Funded by the #TakeNote program for knowledge transfer and cooperation, VRHAM! and ITZ Tübingen developed a three-part concept: a discourse program with international VR experts, a VR workshop for independent theater professionals and two residencies for artists.

Despite the personal connection of those involved, aren’t these rather far removed from each other – a VR art festival in Hamburg and a municipal theater in Tübingen? Not at all, explain Ilja Mirsky and Sabrina Schmidt. "An important content focus at the Zimmertheater is digitization, which is always incorporated in the development of plays on current socio-political topics," says Ilja Mirsky, explaining the proximity of the two institutions in terms of content. "Tübingen is the largest research location for artificial intelligence in Europe, the city is also called 'Cyber Valley'." The Zimmertheater regularly works with those involved in AI. "At the ITZ, we use the potential of digital techniques artistically — and the residencies in cooperation with VRHAM! were very interesting for us: What can happen when artists who have a focus on VR and XR come to Tübingen? How can we build bridges between theater and festival?" "Especially after last year, that's the question," adds Sabrina Schmidt. "What does it mean program-wise for theaters and festivals when new narrative methods and aesthetics find their way into art along with new technologies? How do you deal with that and what does that mean for the future?"

To find out, VRHAM! and the ITZ invited two groups of artists to residencies after an EU-wide open call. Zoe Diakaki and Marina Mersiadou from London were unable to travel due to corona, but the organizers met with them in virtual space. Diakaki and Mersiadou gave an insight into their artistic process via photos and videos and exchanged ideas with their mentors on how to proceed with the performative production "Inhibition" ( Once "Inhibition" is finished, it will be shown at the VRHAM! festival.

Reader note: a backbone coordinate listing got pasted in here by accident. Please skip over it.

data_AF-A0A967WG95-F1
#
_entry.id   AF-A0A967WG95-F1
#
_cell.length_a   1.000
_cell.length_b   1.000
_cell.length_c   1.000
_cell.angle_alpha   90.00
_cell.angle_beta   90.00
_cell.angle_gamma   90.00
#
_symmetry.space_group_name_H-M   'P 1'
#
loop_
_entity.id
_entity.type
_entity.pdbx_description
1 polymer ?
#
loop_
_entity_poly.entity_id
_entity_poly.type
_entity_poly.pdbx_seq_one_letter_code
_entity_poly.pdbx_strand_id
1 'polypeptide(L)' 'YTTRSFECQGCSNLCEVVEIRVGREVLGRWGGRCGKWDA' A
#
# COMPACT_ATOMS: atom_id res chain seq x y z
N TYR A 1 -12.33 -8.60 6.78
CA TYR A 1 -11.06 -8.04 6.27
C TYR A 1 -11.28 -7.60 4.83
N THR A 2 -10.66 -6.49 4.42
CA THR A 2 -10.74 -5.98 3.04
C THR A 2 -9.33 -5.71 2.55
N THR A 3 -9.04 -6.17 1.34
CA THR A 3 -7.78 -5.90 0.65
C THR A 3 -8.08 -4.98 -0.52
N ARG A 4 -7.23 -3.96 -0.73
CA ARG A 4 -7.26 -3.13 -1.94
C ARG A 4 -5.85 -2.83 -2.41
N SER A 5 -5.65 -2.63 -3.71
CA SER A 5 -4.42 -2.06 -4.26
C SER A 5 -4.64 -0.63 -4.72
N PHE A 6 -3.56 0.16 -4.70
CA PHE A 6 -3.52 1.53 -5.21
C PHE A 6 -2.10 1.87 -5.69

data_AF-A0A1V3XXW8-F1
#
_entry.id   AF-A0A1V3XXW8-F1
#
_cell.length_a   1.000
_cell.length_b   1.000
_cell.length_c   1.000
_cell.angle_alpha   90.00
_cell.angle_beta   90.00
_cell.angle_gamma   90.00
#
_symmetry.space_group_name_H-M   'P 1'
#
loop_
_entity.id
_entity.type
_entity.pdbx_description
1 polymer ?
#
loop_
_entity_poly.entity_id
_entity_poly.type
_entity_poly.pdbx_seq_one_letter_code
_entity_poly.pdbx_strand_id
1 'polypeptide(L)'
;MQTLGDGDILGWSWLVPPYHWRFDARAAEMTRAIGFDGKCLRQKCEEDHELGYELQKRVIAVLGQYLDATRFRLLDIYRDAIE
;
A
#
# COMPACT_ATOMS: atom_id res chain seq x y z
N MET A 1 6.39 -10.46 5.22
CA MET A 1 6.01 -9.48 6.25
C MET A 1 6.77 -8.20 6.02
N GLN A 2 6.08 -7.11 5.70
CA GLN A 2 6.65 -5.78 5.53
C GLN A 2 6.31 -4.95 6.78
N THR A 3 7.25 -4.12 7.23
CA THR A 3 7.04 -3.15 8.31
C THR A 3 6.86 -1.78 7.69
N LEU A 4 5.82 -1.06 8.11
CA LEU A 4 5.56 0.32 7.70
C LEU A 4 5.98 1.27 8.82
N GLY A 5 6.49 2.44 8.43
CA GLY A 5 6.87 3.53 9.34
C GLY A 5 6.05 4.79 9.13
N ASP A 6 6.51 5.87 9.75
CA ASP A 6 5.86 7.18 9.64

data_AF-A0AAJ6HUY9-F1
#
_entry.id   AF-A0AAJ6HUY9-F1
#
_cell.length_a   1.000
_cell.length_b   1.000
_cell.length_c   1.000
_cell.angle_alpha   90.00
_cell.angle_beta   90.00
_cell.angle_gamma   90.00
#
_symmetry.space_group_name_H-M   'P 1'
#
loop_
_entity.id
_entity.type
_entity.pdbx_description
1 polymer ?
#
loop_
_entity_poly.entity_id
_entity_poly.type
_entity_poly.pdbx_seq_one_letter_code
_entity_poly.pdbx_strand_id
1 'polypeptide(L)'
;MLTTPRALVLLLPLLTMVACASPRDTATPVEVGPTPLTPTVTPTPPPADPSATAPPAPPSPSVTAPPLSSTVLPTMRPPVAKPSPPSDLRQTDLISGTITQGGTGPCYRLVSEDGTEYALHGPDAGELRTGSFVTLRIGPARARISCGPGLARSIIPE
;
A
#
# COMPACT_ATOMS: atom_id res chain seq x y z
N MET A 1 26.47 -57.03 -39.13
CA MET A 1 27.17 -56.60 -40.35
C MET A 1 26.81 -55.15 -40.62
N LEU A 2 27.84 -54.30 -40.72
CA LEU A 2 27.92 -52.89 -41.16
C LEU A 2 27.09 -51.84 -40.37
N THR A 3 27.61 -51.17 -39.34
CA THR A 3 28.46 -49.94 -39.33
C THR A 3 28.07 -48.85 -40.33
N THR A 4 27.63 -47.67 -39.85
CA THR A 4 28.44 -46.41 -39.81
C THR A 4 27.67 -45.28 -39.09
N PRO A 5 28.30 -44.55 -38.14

Gustavo Gomes, a former dancer with Richard Siegal and the Ballet of Difference in Cologne — which is open to digital art – was able to work in Tübingen. The Zimmertheater provided him and the other participants – two dancers, an AR specialist, a filmmaker – with a black box stage, technical support and the theater's own guest apartments, including the Neckar-Terrace. "It's an idyllic setting. All artistic production teams get to live in the middle of Tübingen's old town and receive the best technical support possible on our two stages," says Ilja Mirsky. Gustavo Gomes spent seven days in Tübingen working on the choreography for his AR dance production "Votary" ( His project is complex and it will take several residencies for him to realize it: "Votary" is based on a binary coding system for individual movements. A 3D depth sensor was used to spatially scan the bodies of the dancers, which were later digitally inserted into a Moscow chapel that was also scanned and acted out using augmented reality. "This is the transnational potential of VR," Mirsky enthuses. "You bring together different bodies and environments beyond all borders, in a third space."

For one of the two 2021 residencies, this third space was unfortunately the only possibility: "The exchange was missing," says Sabrina Schmidt. "We wanted both teams to come together in one place. Via zoom meetings, we tried to map that out, but it's not the same." Now VRHAM! and the ITZ are hoping that next year's residencies can take place in real space – and that they can be funded. Without the #TakeNote grant, that would not have been possible for VRHAM!’s sponsoring organization, despite other approved grant applications and third-party funds. Yet the open-ended, research-driven residencies are so important in a young, complex art form like virtual and augmented reality: "We would like to make it possible for artists to further develop their projects in a protected setting, without it being like theater, where the result has to be finished and ready to present," says Sabrina Schmidt. "For trial and error, you need time and space." More freedom means more basic technical research and aesthetic immersion. In this way, diversity in VR art can continue to expand.

In the series "Kunst trotz(t) Krise" (Culture despite the Crisis), cultural journalists Elena Philipp and Georg Kasch take a look behind the scenes of funded projects on behalf of the Fonds Darstellende Künste. What is the impact of the fund's #TakeThat funding as part of the NEUSTART KULTUR program of the Federal Government Commissioner for Culture and Media?